I must admit, I never really pondered this question. Until last week, when I came across an article entitled A Fake Crisis, Leadership and You. The article presents the boss who always develops a sudden crisis late in the afternoon that keeps you working into the night. It goes on to talk about the characteristics of such a leader and contrasts them with the characteristics of a great leader.
The article finishes with asking what kind of leader you are. It makes the telling point that "we generally judge ourselves by our intentions and others by their behaviors." I suddenly realized that I have probably been guilty of this duality myself. We have the obvious ability to get feedback on our behaviors vs. our intentions as leaders through employee surveys that ask questions about supervisors and leaders. But, do we ask the right questions and do we analyze the results? Furthermore, isn't this duality true for all employees?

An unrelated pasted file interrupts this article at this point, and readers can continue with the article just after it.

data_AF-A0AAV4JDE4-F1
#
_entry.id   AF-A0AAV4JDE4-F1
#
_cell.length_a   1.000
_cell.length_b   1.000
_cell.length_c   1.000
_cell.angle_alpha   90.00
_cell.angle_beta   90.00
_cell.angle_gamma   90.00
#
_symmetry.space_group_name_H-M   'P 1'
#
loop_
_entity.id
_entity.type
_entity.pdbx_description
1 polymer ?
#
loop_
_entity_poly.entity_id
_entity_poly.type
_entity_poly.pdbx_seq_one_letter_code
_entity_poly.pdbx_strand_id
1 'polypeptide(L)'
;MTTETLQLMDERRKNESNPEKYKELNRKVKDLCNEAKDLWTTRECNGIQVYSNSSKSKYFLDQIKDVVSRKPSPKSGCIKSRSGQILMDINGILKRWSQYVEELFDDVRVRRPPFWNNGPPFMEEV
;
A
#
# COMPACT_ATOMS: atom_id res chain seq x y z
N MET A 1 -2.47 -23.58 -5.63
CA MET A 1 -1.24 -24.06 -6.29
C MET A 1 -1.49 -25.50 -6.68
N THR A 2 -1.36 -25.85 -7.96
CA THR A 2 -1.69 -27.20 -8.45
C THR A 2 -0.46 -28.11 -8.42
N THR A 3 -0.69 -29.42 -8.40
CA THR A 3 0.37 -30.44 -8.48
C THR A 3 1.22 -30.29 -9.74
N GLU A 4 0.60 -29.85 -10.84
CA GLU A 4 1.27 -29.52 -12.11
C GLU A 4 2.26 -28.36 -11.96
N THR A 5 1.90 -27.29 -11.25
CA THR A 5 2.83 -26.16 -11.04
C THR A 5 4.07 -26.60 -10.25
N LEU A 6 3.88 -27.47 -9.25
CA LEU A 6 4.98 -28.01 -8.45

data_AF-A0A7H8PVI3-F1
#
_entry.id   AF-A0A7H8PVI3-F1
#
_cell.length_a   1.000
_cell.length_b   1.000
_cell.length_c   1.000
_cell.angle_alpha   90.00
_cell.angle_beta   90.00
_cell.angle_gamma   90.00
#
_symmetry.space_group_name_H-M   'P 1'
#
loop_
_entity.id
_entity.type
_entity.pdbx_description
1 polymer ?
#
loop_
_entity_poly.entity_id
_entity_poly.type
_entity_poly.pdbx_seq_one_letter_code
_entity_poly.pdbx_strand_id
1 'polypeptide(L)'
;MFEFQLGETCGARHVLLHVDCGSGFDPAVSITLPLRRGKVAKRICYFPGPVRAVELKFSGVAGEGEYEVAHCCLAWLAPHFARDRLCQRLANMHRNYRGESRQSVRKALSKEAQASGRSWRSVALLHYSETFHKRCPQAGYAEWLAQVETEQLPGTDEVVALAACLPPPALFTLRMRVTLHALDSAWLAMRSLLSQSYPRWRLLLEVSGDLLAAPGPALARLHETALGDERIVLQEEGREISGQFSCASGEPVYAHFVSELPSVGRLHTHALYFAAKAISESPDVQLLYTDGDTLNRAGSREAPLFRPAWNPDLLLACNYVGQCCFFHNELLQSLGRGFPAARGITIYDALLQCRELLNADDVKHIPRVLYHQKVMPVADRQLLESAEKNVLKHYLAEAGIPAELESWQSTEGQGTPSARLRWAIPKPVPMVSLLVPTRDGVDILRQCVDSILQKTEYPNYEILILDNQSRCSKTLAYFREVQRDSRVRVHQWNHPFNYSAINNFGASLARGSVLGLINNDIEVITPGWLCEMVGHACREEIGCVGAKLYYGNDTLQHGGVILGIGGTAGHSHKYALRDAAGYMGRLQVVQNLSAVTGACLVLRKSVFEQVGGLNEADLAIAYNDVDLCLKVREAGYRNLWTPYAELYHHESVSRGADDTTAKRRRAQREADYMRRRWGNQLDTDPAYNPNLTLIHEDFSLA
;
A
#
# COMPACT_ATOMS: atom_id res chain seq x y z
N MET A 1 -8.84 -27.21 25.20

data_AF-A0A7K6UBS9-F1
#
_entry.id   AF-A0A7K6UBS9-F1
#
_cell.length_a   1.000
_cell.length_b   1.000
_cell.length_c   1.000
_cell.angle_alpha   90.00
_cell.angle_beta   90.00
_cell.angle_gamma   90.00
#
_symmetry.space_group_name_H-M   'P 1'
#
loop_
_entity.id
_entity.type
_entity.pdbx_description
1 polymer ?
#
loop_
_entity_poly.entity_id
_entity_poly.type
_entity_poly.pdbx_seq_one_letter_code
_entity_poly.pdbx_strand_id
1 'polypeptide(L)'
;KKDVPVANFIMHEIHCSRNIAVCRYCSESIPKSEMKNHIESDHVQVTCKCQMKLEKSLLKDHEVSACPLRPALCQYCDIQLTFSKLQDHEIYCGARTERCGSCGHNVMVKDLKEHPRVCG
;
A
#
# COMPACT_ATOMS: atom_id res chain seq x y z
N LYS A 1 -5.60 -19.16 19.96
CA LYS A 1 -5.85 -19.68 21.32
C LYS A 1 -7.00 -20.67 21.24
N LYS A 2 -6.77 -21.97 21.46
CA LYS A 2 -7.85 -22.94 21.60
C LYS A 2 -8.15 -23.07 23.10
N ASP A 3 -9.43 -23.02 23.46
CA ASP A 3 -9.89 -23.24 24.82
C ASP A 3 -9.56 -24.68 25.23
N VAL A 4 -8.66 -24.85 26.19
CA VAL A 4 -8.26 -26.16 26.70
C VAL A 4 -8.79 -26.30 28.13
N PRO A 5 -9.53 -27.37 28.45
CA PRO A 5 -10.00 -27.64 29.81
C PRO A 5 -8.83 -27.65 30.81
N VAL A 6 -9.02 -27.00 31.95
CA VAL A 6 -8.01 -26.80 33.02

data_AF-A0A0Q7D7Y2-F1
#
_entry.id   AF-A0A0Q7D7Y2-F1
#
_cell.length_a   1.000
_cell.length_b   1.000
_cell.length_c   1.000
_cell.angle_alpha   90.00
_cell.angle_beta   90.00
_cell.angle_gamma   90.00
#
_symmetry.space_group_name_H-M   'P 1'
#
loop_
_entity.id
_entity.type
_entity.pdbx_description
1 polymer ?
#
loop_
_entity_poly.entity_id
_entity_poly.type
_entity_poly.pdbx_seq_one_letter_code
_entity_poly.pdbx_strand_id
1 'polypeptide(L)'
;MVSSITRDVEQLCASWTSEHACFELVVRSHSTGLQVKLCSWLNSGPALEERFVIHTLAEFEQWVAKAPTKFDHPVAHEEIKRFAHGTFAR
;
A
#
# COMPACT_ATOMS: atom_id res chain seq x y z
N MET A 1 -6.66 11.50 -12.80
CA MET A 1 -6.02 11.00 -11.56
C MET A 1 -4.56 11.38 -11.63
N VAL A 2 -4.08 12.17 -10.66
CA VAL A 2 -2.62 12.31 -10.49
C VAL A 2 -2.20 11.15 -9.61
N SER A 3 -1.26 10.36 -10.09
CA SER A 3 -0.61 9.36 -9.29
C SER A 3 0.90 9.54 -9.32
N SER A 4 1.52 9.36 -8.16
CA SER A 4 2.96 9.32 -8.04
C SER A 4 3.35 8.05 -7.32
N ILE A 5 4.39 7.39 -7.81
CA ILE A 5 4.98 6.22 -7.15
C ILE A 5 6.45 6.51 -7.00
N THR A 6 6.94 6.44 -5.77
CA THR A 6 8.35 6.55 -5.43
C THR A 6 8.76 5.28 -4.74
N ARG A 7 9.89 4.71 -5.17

I soon realized this is a global truism, not just a truism for leaders. We all are leaders at some level and all colleagues to many in our organization. And we all probably judge ourselves by our intentions and our colleagues by their behaviors. Furthermore, we all have the ability to get 360 degree feedback (formal or informal) that we can use to evaluate how well we perform relative to our intentions.
This all led me to try to define my leadership intentions. I challenged myself to limit my intentions to a maximum of a half dozen well-chosen words or short phrases. So for those who are curious, here they are (in alphabetical order) with a description of what each intention/value means to me:
That's my list. What is yours? If you want some ideas to spark your thinking, try looking at the Baldrige-based leadership behaviors and attributes.
And in keeping with actual behaviors vs. intentions, I am open to feedback!